There are more than 120 Sampson County residents on a waiting list to receive home repairs — from wheelchair ramps and handrails to interior and exterior fix-ups and replacements — as part of a Department of Aging program designed to boost the quality of living for elderly and disabled citizens in the county.
Many are served each year and the waiting list for those awaiting assistance is not getting any shorter, said Lorie Sutton, Aging and In-Home Services director for the Sampson County Department of Aging. Sutton called the Home Repairs Program a “very important program” in the county, and it has staffing and equipment needs to sustain it.
With many seeking help throughout the county, the Home Repairs Program aims to provide that help but is strapped in terms of cash and staff with applications regularly pouring in.
“We provide services for the elderly, disabled and indigent of Sampson County,” Sutton remarked. “Last year we provided repairs for 96 homes paid for by Home and Community Block Grant funds, county contribution and donations.”
Work is completed through the Home Repairs outreach that included building wheelchair ramps, installing handrails, repairing or replacing floors, windows and doors, minor plumbing repairs, roof repairs and similar work.
The Department of Aging is requesting an increase of approximately $70,000 in county dollars in 2013-14, a total of approximately $370,000 compared to the roughly $300,000 county contribution for the current fiscal year. The total budget request is $1.68 million. The bulk of the requested increase, aside from about $17,000 of additional health insurance costs, is due to tremendous needs in the Home Repairs program, to the tune of more than $53,000 to extend services throughout the county in an efficient manner.
That request encompasses a replacement Home Repairs work truck for $24,050, as well as two part-time Home Repair crew workers in the amount of $29,572. Sutton said the price of one full-time person was weighed against going through a temp agency, and hiring two part-timers was found to be more cost-effective.
If the requests go unfunded, the program could take a hit.
“With talks of budget cuts coming in, that’s a concern,” Sutton said. “We get applications every day. We make it a priority to do handrails and wheelchair ramps. The ramps, alone, keep us busy. We’ll get seven or eight and sometimes 10 to 15 ramp applications in a month. In addition, between last fiscal year (2011-12) and this fiscal year (2012-13), we also provided 21 urgent home repairs paid by N.C. Housing Finance Agency. With this program, we were able to replace roofs and provide more major home repairs.”
There is a waiting list for home repairs, with 127 people currently waiting for service. The handrails and wheelchair ramps have been designated as priorities for a reason.
“We want to keep people in their homes,” said Sutton. “By building ramps and handrails, we’re able to keep people at home. A lot of these people who are helped would have to go to the nursing home if they didn’t have this work done.”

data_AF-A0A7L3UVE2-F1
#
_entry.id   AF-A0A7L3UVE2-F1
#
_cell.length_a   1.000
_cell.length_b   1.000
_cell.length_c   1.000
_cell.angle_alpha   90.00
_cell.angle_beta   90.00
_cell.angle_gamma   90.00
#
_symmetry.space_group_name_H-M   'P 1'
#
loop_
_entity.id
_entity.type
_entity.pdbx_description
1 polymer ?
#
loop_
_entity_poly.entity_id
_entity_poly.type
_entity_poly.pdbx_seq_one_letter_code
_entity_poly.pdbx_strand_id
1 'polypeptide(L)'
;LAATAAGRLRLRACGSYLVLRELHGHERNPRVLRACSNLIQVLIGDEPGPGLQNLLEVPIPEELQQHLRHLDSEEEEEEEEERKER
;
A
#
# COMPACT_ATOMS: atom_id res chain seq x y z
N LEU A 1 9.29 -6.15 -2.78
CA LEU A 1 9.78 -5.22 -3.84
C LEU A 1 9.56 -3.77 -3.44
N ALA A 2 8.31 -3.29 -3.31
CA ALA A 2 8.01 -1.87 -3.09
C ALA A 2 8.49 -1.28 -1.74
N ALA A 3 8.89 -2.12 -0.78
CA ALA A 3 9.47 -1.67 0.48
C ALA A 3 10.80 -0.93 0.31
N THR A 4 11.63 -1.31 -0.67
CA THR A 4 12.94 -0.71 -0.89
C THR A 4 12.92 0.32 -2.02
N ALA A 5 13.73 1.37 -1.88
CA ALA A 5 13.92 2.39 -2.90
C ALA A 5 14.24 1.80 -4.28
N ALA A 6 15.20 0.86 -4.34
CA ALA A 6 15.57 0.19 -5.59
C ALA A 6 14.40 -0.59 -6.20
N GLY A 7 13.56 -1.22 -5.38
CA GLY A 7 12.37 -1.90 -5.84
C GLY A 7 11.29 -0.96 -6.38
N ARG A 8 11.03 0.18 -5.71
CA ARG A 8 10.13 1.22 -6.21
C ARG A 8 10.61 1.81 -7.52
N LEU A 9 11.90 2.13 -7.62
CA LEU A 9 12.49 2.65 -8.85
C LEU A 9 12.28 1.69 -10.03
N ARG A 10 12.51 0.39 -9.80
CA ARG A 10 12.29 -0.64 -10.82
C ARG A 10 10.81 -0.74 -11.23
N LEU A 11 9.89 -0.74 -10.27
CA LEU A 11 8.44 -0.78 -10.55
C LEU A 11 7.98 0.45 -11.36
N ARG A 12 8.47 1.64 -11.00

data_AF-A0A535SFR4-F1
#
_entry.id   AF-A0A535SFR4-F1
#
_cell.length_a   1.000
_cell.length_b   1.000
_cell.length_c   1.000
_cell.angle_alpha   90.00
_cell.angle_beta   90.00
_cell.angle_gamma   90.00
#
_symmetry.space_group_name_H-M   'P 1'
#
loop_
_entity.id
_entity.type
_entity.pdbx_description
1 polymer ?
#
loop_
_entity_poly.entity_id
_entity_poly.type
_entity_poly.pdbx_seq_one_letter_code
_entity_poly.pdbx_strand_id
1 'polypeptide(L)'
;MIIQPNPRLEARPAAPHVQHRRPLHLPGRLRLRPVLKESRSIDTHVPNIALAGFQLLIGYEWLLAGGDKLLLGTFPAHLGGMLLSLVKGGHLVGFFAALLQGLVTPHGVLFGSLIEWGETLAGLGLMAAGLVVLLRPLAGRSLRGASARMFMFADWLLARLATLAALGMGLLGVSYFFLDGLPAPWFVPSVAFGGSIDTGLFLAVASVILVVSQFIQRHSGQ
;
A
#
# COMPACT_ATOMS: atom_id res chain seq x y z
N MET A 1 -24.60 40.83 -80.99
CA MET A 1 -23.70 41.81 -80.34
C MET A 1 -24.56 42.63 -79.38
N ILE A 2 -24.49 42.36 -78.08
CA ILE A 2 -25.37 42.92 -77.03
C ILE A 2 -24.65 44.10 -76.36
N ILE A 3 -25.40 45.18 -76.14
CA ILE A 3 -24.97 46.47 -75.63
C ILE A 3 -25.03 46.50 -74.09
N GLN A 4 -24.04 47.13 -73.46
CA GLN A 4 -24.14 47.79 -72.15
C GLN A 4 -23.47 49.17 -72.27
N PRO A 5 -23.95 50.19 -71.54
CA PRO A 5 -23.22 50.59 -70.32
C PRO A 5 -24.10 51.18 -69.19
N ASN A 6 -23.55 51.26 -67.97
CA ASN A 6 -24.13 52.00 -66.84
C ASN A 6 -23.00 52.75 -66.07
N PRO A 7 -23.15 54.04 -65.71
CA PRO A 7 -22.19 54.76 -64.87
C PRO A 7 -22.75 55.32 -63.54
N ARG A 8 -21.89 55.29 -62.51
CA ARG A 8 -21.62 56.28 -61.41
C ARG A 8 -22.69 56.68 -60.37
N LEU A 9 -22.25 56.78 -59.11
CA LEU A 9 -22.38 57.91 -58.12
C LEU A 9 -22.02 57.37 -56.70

At the same time, some who have applied to receive assistance through the program will find themselves waiting, as other priorities move past them. With only so much money to go around, many residents have waited for years.
“It puts the other jobs off,” Sutton said of the necessary prioritization. “We did a job the other day and that person had been on the list since 2009.”
The general lack of staff has not helped, with a Home Repairs coordinator and one contract worker essentially handling all the duties, with an emphasis on the former.
“We have one county employee (the Home Repairs coordinator) in this program and he works on each and every job,” said Sutton. “Because our county is so large, he spends a great deal of time traveling to and from jobs making assessments, picking up and delivering supplies, making final inspections as well as doing a large part of the actual work himself. He touches every job.”
There is also a contractor, but that is expected to change very soon.
“We currently have one contractor who works with us. However, we expect this to change in the very near future,” said Sutton. “It is doubtful that we will fund another contractor to work with us in this same capacity, which is the reason we are requesting the part-time help.”
The program does not receive a great deal of donations, but all assistance from church groups and funds from private donors are welcome. “Church groups help us out a lot,” said Sutton. “They built 15 ramps this year.”
Donations, while minimal, have also helped.
“We are thankful for every penny we get,” Sutton said, “because we need it.”
Nearly all of the Home Repairs program and efforts like it are dependent on county contributions and whatever grant funds are available. In recent years, during a recession and every government entity looking for outside funding avenues, many grant opportunities have dried up, leaving local governments to fund the difference.
Rising cost of materials has only compounded matters.
“Five years ago, it cost $800 to build a ramp,” Sutton said. “This morning I did paperwork for a ramp that cost $1,600.”
An increased cost of materials also means there is little, if any, money left over to go toward paying a contracted laborer.
“We can only spend $1,500 per job. Materials for the ramp is costing all of that $1,500,” Sutton said. “They’re just not going to make a lot of money off of it. That’s why we’re looking for a different way of doing things.”
Chris Berendt can be reached at 910-592-8137 ext. 121 or via email at email@example.com.